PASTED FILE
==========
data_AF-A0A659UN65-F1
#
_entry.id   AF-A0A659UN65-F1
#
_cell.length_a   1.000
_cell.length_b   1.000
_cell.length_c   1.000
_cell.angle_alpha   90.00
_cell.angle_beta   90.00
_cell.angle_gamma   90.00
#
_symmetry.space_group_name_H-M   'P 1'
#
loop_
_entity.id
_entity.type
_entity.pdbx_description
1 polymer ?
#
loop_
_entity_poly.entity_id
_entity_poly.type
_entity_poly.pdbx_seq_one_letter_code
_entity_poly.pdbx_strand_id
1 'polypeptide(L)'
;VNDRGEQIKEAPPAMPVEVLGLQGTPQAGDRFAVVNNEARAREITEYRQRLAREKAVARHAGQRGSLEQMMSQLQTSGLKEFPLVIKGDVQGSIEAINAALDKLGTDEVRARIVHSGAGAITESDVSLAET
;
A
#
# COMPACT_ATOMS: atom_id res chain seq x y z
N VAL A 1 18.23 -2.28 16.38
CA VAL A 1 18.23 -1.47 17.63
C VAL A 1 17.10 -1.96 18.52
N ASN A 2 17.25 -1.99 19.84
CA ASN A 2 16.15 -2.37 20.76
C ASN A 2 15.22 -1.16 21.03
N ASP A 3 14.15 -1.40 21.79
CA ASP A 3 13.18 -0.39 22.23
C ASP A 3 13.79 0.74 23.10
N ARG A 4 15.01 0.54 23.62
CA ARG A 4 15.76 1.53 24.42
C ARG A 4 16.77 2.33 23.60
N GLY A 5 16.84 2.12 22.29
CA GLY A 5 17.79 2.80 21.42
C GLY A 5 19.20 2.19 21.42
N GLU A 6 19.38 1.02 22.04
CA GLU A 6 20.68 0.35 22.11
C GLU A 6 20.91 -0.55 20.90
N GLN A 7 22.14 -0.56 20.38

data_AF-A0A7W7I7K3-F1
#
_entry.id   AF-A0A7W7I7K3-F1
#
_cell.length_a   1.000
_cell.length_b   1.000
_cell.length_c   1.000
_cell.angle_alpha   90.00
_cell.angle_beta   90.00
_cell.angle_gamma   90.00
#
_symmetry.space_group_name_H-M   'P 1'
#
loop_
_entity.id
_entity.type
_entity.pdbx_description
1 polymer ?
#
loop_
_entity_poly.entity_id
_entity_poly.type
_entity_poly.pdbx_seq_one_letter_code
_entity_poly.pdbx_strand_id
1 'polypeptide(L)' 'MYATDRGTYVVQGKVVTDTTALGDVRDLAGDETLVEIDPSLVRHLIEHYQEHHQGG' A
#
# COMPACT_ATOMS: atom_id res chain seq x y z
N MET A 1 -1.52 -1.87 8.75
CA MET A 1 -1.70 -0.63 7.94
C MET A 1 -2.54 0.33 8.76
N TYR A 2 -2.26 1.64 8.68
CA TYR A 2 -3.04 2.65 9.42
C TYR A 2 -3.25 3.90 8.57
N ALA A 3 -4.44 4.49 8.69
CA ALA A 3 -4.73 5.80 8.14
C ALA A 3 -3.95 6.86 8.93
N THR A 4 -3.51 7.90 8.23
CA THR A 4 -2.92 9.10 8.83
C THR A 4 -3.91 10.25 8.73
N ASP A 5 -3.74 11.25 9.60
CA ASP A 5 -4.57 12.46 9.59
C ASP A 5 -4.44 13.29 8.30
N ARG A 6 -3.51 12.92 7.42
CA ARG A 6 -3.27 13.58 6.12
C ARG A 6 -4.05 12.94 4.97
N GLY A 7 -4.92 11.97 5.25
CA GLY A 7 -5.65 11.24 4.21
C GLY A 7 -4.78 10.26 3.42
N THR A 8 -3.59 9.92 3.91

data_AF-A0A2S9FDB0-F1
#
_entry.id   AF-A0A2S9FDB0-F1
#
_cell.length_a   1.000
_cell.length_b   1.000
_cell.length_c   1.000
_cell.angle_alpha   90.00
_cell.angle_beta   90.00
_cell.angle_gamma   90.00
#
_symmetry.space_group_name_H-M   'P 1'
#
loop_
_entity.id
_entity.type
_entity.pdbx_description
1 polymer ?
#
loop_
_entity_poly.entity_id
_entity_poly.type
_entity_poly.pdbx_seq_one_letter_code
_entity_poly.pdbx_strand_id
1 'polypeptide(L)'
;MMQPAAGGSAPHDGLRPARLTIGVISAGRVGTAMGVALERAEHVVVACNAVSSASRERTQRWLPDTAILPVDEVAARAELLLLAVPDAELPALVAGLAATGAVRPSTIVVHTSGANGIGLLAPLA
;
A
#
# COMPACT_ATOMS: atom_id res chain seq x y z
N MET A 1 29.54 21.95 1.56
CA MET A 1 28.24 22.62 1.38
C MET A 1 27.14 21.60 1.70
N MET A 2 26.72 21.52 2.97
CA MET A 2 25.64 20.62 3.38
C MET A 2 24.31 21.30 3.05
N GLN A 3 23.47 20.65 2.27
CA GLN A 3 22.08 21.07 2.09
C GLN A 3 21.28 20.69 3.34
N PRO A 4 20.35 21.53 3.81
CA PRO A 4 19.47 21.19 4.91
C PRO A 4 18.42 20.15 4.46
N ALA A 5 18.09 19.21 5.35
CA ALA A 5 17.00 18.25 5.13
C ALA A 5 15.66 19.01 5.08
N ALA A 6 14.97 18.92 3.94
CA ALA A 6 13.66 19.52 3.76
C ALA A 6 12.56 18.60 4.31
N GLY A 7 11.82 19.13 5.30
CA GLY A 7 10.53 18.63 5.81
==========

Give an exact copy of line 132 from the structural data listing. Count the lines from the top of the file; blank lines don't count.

N MET A 2 26.72 21.52 2.97